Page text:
Monday / October 15.
HomeArts & CultureFlying old school: How to beat the boredom and avoid tantrums on electronics-banned flights

Flying old school: How to beat the boredom and avoid tantrums on electronics-banned flights

Many families with airline tickets to the United States are groaning at the prospect of flying tablet-free.

On March 21 the US government put an electronic travel ban in place that forces passengers travelling on direct flights from 10 destinations, including Abu Dhabi and Dubai airports to check in their laptops, e-readers, tablets and other devices with their luggage and parents are speaking out.

“I am a bit bothered,” admits Lenka Uzakova, a Slovakian mother of two children, 7 and 5, based in Abu Dhabi.

“The iPad helps when my children are extremely tired, sleepy and I need them to run to catch the train. For our kids, iPads are a part of everyday life, whether we like it or not. Even schools use them as learning tools.”

While some parents are crying foul, some are using the development as an opportunity to wean their children off gadgets and embrace good old-fashioned concepts such as conversation and living in the moment.

Keri Hedrick – a British travel blogger and founder of the family travel website www.ourglobetrotters.com – has three children, 7, 4 and 2, and admits her initial reaction to news of the tablet ban was one of shock.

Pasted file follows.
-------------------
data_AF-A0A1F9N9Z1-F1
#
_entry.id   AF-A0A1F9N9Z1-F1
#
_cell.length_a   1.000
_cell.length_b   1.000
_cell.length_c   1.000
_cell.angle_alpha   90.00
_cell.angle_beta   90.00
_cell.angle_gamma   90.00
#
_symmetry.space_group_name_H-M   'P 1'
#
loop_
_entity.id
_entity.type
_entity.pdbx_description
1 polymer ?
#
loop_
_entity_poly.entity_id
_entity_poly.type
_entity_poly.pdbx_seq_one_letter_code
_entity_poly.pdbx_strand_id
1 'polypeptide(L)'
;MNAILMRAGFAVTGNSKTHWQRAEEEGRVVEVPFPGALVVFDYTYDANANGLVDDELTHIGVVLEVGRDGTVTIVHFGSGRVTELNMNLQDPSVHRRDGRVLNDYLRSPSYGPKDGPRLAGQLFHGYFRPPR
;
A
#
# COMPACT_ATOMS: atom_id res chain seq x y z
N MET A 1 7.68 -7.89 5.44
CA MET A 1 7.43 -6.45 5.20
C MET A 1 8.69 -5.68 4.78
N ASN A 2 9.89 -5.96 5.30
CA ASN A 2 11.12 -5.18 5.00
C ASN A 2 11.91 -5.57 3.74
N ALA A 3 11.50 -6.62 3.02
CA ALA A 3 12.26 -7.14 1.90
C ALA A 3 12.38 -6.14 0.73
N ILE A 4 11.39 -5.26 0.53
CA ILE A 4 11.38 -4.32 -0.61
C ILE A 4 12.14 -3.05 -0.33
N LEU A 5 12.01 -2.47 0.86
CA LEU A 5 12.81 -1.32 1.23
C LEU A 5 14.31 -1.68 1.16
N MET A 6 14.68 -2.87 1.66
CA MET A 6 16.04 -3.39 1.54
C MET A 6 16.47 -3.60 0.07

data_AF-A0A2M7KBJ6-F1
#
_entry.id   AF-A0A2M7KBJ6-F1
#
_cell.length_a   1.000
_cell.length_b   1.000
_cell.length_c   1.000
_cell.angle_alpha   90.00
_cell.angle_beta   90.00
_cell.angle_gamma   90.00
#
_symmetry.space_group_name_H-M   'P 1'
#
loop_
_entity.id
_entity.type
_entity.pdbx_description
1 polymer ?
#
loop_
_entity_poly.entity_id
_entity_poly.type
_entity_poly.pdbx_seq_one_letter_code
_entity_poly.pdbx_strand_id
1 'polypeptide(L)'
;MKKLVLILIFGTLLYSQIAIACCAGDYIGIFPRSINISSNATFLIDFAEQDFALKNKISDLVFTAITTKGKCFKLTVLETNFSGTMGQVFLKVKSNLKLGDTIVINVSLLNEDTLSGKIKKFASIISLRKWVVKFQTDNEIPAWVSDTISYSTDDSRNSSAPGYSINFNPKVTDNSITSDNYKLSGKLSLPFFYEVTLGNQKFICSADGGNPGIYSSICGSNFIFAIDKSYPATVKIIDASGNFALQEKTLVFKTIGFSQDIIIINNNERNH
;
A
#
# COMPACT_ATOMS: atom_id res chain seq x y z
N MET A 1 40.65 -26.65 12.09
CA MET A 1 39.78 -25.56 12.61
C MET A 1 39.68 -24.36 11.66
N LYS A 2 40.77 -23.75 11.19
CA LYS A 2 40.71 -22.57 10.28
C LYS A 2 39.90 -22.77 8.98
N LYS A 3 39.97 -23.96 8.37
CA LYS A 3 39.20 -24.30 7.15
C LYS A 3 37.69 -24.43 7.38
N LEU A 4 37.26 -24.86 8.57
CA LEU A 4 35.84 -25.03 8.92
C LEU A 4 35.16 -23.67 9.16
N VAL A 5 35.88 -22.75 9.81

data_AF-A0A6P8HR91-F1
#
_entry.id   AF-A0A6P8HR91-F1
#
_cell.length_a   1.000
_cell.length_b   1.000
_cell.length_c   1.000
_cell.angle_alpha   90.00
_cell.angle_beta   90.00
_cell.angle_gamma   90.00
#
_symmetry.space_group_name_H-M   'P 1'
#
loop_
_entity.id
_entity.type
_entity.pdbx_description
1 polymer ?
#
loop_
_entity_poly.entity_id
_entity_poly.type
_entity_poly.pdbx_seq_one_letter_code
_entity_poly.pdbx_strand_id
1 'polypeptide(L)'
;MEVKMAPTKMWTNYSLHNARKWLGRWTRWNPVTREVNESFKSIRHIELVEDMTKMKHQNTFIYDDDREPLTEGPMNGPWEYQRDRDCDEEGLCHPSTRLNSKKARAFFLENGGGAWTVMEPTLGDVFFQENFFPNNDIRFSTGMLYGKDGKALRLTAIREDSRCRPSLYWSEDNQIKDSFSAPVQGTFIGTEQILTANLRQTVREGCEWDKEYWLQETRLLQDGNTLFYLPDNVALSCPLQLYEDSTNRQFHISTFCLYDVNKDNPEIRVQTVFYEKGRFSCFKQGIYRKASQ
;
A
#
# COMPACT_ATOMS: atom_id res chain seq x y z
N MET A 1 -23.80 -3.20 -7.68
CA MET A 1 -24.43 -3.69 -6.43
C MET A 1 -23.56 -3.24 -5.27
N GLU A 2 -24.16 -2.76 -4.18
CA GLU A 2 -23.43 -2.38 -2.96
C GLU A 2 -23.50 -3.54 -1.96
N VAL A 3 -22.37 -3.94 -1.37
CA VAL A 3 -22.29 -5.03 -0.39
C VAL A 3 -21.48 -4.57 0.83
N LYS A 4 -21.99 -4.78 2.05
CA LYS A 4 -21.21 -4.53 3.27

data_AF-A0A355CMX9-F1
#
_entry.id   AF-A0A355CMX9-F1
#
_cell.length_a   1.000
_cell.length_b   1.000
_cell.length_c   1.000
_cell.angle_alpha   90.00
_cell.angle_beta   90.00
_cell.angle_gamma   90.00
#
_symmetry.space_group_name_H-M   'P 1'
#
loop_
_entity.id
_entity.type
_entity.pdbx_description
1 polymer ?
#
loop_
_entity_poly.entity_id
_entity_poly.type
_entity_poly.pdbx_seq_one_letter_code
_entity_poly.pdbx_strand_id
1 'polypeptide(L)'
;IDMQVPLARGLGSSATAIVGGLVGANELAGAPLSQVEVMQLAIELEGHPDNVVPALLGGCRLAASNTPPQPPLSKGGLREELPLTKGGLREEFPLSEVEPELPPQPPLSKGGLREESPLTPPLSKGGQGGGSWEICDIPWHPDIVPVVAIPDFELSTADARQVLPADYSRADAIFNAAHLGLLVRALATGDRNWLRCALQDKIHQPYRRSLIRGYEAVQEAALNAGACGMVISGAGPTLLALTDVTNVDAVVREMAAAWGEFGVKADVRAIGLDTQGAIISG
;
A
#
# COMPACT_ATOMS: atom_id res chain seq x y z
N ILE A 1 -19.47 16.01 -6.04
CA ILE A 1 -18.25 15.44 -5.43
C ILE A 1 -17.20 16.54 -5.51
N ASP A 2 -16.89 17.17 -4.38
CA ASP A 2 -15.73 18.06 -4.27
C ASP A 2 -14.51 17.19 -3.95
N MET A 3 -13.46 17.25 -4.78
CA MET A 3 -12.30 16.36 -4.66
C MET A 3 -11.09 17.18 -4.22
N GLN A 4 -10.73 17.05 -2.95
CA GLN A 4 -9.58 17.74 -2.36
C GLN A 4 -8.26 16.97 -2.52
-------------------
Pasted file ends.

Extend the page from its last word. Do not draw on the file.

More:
“Surely I can’t survive a 16-hour flight without relying on an iPad,” says Hedrick, who in the past two years has flown with her children to the US, Australia, South Africa and South-east Asia.

But in hindsight, she realised it wasn’t such a problem.

“The ban wouldn’t put me off booking a long haul flight, but it would involve a little more planning, in terms of the airline we would use, flight timing and what to pack,” she says.

Packing would take on an even bigger importance, figuring out what to bring to keep her children stimulated.

“Mix a few old and new toys in their bags to keep the journey ­interesting and exciting for them,” she advises.

“And always save a few toys in your own bag to surprise them with later in the flight – as well as perhaps an exciting snack or treat to reward behaviour.”

Amanda Tinnin, an American parent coach based in Abu Dhabi and mother of a 4-year-old and a 7-month-old, says parents should see the ban as “very much an opportunity” to drop their ­reliance on gadgets.

“Everyone is freaking out, it’s hilarious, but I think we should take a positive slant,” she says.

“Hands-on activities and communication should definitely be encouraged.”

Tinnin explains that the parent coaching training she has ­undergone is very much ­focused on limiting time spent on ­devices.

She believes that preparing children for a gadget-less long haul flight begins way before heading to the airport. They need to be weaned of iPads ­gradually.

“Children under six should only have up to seven hours of screen time a week, technically in segments of up to one hour a day,” she says.